[vc_row][vc_column][vc_column_text]In my scholastic days, Summer was my favorite time of year.
School was out until Fall, and though I always had a summer job from 10th grade-on, I generally had very little responsibility. I spent my summers playing outside, first football in the driveway and later at the playground with baseball then basketball.
As a kid, summer was the time to reinvent myself: Get better at basketball to make the team the next school year. Grow in my confidence talking to girls so I could approach the cutest ones at school. Get a little closer to knowing who I was, so I could… I don’t know what would come next, but I knew I had more growing to do. I had June, July and August to build my confidence, make some money, and work on my game.
In college, I could make more of a plan: My academic schedule was plainly laid out (not that I was preparing for it in any way) and I knew I’d be on the basketball team. I had a much clearer idea of what I’d need to do to be better. I had half of May, all of June and July, and half of August. And, unlike in high school, in my college days I was excited to go back to school: In the areas that mattered to me (basketball, socializing), I had some successes to point to. I had social status. And I was eager to build on both.
Even as a pro athlete, summer was still a clearly-marked period, though not as clear as in the school days: My summer started whenever my current contract ended, and summer ended when I signed a new deal. Summer was time to be the Overseas player who was home for a few months, time to show off my game and show the college and Rec league players what a pro ballplayer looked like. Though I had a few longer-than-expected summers as a basketball player, it was still summer. I always had goals of what to work on over the offseason, and I had the dangling carrot of my next playing opportunity in front of me.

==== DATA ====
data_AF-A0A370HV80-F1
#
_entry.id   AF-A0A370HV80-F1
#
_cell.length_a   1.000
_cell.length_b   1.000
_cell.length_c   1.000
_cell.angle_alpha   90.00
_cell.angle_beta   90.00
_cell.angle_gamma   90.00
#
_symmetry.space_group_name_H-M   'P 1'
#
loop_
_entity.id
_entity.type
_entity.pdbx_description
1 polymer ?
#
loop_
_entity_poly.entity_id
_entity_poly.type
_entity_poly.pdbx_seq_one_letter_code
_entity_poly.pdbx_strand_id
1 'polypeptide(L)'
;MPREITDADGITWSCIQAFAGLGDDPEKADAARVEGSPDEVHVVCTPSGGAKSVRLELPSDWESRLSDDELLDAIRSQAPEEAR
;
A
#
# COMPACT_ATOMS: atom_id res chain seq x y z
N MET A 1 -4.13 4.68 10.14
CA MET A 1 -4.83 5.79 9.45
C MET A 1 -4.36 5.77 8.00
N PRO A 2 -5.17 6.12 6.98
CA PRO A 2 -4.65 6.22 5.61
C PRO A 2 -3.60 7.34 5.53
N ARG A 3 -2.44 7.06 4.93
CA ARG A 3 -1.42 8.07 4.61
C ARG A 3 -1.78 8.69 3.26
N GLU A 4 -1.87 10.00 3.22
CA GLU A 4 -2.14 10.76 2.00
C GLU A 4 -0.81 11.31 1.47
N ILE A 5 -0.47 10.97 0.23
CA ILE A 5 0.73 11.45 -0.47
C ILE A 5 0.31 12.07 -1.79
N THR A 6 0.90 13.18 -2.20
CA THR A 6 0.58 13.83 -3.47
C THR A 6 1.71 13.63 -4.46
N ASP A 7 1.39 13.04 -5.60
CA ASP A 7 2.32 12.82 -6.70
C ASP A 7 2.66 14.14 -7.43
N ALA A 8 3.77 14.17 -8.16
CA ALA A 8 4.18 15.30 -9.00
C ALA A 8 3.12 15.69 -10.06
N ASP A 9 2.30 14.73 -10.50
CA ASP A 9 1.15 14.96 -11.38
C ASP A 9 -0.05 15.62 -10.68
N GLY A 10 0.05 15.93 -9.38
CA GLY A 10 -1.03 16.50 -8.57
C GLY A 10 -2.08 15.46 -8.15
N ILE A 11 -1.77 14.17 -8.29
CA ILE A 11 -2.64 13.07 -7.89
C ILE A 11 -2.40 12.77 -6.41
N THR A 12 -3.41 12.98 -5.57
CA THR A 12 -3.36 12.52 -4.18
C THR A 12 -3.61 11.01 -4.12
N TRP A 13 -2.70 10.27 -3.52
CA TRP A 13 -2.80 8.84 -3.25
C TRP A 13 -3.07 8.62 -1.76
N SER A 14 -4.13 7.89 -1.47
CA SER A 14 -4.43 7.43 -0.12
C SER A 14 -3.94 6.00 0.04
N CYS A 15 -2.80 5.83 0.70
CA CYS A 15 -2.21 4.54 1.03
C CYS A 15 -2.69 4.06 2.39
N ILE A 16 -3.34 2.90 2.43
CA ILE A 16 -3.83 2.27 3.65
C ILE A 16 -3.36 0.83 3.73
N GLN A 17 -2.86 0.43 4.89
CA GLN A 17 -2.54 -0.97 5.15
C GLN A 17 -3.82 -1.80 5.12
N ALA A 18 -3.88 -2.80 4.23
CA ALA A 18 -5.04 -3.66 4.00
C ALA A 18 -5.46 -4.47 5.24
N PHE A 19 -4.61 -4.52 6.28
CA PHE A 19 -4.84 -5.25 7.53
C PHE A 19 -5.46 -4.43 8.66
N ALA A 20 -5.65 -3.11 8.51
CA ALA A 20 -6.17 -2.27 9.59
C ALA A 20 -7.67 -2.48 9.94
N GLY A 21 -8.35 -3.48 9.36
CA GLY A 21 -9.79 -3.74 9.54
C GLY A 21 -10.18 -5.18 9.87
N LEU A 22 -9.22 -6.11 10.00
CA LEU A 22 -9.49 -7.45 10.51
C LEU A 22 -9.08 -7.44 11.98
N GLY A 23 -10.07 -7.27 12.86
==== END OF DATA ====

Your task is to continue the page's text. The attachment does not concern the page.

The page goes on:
Nowadays, though it is technically summer, it’s not really summer.
There’s no start or stop to the work. No new season to look forward to. In school I dreaded the classes; in basketball I dreaded that I’d be waiting indefinitely for a call from a team or my agent. Now, there’s no yearly I-hate-this scenario. Anything can happen when it happens. I’m in Miami, so there’s not even much of a weather change to signify the seasons turning over (though it is ridiculously humid here in the summer).
Summer used to represent a period of freedom. An off-season for improvement. A chance to show off. A recharge and resetting. It was set up for me.
Now all of that is up to my discretion.
Unlimited choice: Careful what you ask for.
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